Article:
Casey Donovan's Coles ad is being called "cheap and tacky". It's time we lay off.

If you own a television, you have no doubt seen Casey Donovan’s ‘Coles Down Down’ ad, which first aired a few weeks ago.

For better or worse, we all know the song.

“Down down prices are down,” existed as a standard advertising jingle for approximately 18 seconds before (justified) parodies emerged.

There are big red hands. There are people excitedly dancing in a supermarket. The song itself is, I think it’s fair to say, repetitive.

The original 'Down down' ad, released in 2012.

Casey Donovan is the new face of the campaign, belting out the lyrics into a crystal-covered microphone, in a promotional red ball gown.

From her hair, to her lipstick, to her guitar, Donovan boasts Coles-red - the poster girl for one of Australia's largest supermarket chains.

But no sooner had the commercial hit our screens, than the criticism erupted on social media.

“So I just saw the Coles ad with Casey Donovan... I just burnt my house down with all the TVs in it,” one person wrote on Twitter.

“I love me some Casey Donovan but that Coles add [sic] is making me homicidal,” another said.


I'm not entirely humourless. I understand that there are some ads on TV that make you want to bang your head against a brick wall.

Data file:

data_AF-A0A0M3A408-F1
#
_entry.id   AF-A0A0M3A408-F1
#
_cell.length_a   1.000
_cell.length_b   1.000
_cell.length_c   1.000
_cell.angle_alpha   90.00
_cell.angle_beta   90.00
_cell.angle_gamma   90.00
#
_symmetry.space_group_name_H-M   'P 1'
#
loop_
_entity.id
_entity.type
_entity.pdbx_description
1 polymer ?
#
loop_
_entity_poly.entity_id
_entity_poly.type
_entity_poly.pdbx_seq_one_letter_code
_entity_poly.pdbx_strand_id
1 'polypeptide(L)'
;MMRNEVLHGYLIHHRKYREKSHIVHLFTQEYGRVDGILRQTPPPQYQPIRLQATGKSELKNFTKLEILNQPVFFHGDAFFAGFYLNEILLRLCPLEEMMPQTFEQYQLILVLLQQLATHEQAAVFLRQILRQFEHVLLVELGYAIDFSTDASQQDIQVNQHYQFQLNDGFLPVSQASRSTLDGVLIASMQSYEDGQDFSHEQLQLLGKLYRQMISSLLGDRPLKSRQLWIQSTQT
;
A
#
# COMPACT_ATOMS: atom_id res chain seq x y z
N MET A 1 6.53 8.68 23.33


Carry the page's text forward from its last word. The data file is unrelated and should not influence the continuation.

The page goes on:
You are, of course, entitled to hold an opinion about an ad that dots every free to air show you choose to watch.

You are, absolutely, free to find it annoying.

But can we please stop using Casey Donovan as the butt of the joke?

Donovan is a 28-year-old performer who is attempting to make a living.

“It just looks so cheap and tacky and it’s terrible for her,” an industry insider told news.com.au earlier today.

They estimated that Donovan would have been paid between $20,000 and $30,000 for the commercial, and argue that "for an artist, it’s seen as a sell out."

Image via Coles.

So, because Donovan intends to make money from her skills and her profile, we accuse her of "selling out" - the worst thing an 'artist' can do.

Since Donovan's Australian Idol win 13 years ago, it seems she can't do anything right.

You disappear from the spotlight, and you're a failure. A one hit wonder. An awkward stain on our cultural memory.

It's revealed you work as an Uber driver, as was the case with Donovan, and you're a national joke. "Look where our Australian Idol winners are now!" runs the headline. "What a letdown," we laugh.

You attempt to make a comeback and it's even more pathetic. You're milking it. You're desperate. You're yesterday's news.

LISTEN: Laura Brodnik and Tiffany Dunk discuss the importance of crowning Casey Donovan the Queen of the Jungle on The Binge. Post continues below. 

So, what are her choices?

Just because Donovan happened to win a reality TV show, before we even knew what they meant, doesn't mean we have the right to make fun of her for the rest of her life.

She is a young woman who can sing, and like you or I, a woman whose life costs money.

We talk about a national job crisis, whilst simultaneously picking on a woman for working a job that we don't consider "cool" enough. When you're working in one of the most competitive industries in the country, you take what you can get. And sometimes it's an ad where you sing and dance.

If Donovan is a sell out, then we all are.

And like her, we should be proud of it.